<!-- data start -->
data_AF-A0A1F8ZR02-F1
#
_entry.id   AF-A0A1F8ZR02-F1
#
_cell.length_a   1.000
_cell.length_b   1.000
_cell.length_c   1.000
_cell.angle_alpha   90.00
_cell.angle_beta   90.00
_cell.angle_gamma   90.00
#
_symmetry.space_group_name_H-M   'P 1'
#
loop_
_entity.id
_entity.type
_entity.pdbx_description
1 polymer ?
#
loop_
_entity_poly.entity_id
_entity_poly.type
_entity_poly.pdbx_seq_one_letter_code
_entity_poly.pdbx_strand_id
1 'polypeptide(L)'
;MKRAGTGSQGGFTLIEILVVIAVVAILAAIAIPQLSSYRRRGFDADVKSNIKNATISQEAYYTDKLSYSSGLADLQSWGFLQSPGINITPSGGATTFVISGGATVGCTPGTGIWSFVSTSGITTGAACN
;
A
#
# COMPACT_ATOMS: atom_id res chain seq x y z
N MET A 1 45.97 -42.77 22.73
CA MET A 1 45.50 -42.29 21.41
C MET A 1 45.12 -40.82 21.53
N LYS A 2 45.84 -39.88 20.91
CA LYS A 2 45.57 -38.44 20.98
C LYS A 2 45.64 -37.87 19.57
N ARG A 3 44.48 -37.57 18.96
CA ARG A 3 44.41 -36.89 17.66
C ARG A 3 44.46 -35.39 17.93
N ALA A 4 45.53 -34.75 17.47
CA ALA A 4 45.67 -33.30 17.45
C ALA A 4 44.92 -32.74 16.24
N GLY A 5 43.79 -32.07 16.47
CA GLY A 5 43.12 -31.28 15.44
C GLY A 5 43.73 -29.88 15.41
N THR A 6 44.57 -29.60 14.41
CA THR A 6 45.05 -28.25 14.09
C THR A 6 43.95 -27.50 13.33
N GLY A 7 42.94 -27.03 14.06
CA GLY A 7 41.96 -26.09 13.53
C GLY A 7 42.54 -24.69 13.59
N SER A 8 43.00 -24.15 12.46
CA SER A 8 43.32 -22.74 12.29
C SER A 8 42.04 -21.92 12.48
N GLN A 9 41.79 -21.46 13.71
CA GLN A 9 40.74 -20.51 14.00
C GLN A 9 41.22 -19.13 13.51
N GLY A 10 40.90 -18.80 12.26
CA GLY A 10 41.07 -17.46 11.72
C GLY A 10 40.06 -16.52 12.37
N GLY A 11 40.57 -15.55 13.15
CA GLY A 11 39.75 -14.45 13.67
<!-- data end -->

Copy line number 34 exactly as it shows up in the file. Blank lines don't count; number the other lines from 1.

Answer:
N LYS A 2 45.84 -39.88 20.91